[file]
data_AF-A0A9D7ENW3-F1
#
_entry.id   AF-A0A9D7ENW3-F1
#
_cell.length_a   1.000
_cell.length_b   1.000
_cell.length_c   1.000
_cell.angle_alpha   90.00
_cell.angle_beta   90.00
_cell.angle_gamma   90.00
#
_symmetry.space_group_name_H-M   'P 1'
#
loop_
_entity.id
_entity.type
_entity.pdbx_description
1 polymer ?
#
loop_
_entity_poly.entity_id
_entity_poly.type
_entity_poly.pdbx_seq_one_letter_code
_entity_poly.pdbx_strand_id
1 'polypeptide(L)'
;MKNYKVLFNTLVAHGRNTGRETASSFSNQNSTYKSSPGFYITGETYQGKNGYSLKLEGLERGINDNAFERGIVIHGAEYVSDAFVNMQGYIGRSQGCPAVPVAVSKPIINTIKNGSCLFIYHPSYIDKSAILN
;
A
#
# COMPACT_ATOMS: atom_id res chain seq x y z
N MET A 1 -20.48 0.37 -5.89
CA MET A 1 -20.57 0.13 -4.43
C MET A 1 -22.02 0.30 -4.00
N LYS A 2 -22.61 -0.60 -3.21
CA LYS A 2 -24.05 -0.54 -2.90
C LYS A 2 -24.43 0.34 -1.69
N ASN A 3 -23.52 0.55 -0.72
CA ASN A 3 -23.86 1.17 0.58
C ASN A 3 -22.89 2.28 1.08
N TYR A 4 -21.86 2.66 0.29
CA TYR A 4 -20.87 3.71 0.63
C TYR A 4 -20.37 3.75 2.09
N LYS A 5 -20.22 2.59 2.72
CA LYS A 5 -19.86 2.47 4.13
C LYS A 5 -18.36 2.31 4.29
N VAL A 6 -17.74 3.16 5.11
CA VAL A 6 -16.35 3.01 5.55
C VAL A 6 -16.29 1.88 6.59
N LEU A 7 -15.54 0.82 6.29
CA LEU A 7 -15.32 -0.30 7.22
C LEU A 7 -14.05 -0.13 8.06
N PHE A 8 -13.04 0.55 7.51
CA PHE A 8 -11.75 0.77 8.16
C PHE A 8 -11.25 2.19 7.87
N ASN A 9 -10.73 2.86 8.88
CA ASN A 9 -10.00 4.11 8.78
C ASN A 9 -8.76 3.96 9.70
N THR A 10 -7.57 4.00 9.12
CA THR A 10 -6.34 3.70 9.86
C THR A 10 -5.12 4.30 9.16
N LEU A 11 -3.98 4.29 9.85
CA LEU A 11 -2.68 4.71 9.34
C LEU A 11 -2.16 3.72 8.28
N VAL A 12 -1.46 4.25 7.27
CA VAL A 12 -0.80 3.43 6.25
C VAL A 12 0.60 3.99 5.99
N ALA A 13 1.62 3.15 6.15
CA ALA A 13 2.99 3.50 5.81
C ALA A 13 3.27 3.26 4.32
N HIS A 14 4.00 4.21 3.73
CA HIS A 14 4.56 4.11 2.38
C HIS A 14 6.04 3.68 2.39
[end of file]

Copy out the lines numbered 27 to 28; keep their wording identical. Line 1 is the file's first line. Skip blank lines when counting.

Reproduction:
;
A